In marketing terms, ‘finish’ describes what the surface of the material looks like. It is not necessarily a description of the actual surface material.
Stainless steel is a collective term for many different chromium-nickel-steel alloys, all of which show differing degrees of corrosion resistance. It is a group of ferrous alloys that contains a composition which prevents the iron from rusting, and also provides heat-resistance.
There are many grades of stainless steel, but 3 are used extensively in the production of ironmongery.
Used for products fitted externally, or likely to be used in an aggressive atmosphere such as swimming pools, chemical works, etc.
This grade tends to be used in the production of items for interior use in both domestic and commercial situations.
This grade would only tend to be found in the production of push and kicking plates within the ironmongery industry.
Stainless steel is a popular and ideal choice for stylish, attractive, low maintenance ironmongery. Occasional washing with warm soapy water and drying with a clean, soft cloth to remove any dirty smudges or grease deposits is all that is required to keep the appearance.
It's good to note that in particularly harsh environments, airborne pollutants may become deposited on the surface of the stainless steel giving the impression of rusting. This does not originate from within the metal itself and can be removed by cleaning as described above, or by the use of specialist stainless steel cleaning solutions.
Aluminium is the most common metal. It occurs widely in clays and various mineral forms and is extracted from its bauxite ore using an electrolysis process. Before the discovery of electricity aluminium metal was so rare and difficult to produce it was worth more than gold!
The waterproof nature of anodised aluminium means that like both stainless steel and nylon, it is a low maintenance finish only requiring an occasional wash with warm soapy water and drying with a clean, soft cloth to remove any dirty smudges or grease deposits.
Aluminium is quite a soft metal that can be easily dented and scratched. Whilst this will have no impact on the performance of the product, it may limit the suitability of aluminium ironmongery on projects where aesthetic is important.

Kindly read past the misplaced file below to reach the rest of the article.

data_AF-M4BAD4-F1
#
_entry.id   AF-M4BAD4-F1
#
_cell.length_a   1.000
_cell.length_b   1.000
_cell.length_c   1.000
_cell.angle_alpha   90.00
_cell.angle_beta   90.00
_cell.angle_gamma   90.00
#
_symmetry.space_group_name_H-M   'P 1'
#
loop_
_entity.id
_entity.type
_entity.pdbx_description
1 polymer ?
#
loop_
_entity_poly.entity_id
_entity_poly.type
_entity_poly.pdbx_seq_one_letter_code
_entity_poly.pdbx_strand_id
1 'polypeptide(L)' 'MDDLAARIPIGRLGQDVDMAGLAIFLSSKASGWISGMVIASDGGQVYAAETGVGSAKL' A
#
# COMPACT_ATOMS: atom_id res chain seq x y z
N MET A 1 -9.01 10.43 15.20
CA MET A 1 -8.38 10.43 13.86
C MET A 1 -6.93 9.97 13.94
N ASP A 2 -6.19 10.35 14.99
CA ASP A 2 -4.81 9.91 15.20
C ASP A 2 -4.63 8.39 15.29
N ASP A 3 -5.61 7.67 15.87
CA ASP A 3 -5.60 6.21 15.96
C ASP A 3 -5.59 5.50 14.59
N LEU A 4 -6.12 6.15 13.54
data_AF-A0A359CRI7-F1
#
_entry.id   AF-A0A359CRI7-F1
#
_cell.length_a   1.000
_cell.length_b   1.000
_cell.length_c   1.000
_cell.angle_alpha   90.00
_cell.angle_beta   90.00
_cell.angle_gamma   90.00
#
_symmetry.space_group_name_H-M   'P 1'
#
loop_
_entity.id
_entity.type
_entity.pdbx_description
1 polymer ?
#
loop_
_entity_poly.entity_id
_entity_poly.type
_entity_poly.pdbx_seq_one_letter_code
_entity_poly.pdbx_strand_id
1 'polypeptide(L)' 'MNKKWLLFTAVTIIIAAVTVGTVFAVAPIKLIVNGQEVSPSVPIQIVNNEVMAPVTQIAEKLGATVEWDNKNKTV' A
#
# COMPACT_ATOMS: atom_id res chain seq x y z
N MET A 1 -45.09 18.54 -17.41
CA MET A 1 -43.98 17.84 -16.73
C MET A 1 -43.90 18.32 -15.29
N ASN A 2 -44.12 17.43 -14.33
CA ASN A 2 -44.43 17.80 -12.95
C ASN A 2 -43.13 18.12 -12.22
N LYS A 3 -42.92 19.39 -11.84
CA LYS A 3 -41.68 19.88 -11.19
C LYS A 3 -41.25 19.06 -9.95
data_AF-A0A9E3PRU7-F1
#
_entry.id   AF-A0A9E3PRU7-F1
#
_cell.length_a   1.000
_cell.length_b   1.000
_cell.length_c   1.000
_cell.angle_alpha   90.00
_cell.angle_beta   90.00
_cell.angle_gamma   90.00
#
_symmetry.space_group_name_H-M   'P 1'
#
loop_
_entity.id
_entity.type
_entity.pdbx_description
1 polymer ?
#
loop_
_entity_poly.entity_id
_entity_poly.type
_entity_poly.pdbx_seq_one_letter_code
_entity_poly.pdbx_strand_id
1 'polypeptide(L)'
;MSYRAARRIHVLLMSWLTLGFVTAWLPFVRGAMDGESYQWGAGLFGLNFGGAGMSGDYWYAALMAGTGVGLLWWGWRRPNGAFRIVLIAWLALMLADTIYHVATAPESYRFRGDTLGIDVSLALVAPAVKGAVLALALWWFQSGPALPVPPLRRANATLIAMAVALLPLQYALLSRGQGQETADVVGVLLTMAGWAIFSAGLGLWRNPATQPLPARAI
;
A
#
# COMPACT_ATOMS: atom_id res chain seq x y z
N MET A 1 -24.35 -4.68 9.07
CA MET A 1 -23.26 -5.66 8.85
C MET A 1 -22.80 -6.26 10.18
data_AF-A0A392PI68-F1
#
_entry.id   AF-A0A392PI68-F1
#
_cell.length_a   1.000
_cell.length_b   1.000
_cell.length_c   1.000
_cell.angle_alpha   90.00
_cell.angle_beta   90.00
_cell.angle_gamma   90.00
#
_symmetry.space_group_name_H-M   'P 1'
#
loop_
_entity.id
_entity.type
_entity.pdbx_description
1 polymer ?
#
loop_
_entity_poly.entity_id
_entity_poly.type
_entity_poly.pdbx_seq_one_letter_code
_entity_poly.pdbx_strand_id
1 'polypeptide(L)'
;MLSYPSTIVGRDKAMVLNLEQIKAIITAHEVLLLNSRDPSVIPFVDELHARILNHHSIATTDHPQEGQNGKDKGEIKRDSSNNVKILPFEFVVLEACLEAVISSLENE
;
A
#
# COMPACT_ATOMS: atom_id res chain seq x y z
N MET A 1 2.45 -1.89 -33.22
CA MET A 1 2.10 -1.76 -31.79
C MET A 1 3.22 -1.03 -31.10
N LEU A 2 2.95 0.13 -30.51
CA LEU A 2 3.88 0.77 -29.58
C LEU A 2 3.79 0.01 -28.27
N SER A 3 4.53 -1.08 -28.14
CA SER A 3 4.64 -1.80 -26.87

An alloy made from a mixture of copper and zinc, the resulting yellow metal has been used in the manufacture of architectural fixtures and fittings for centuries. So, brass is not only a good choice for period properties, but also on modern projects with a traditional design.
Unlacquered polished brass tarnishes in air and needs polishing regularly with readily available brass polish to maintain its appearance. Subsequent tarnishing may be inhibited by the application of a coat of wax polish or household furniture polish. Alternatively, it may be left to dull down with time and acquire a natural brass patina.
For convenience, brass products are generally supplied with a clear factory applied lacquer which preserves the materials' shine. Lacquered brass should be occasionally washed with warm soapy water and dried with a soft, clean cloth. Under no circumstances should any form of brass polish be applied as their abrasive nature will accelerate the breakdown of the lacquer.
Bronze is readily cast and machined and has a long history of being used in architectural fittings. It is characterised by its deep brown appearance. Usually has a dark iridescent finish to the metal.
Such a finish is generally supplied waxed as opposed to lacquered and requires periodic waxing thereafter.
These are finishes in which a thin layer of chrome or nickel are deposited from an electroplating solution onto the surface bypassing an electric current.
Nickel and chrome plated finishes are unlacquered and therefore only need wiping down from time to time with soapy water and drying with a soft, clean cloth. An occasional wipe over with a soft cloth impregnated with a small amount of very light oil or paraffin can also be carried out after washing and drying.
Abrasive metal polishes should be avoided as they may damage the comparatively thin plated layer.
Nylon is an artificial polymer that can be produced in a multitude of different colours. Ironmongery made from nylon is characterised by a smooth, hard wearing surface that does not attract dust and is waterproof.
Similarly to stainless steel and aluminium, nylon ironmongery may therefore be described as low maintenance since it only requires an occasional wipe down with a damp cloth.
A very wide range of colours can be powder coated onto suitable base materials such as aluminium or steel.
Powder coated finishes are hard wearing and only require an occasional wipe over with a damp cloth. This may be supplemented by the occasional coat of furniture polish. They may be susceptible to scratching and chipping if they come into contact with hard objects such as rings.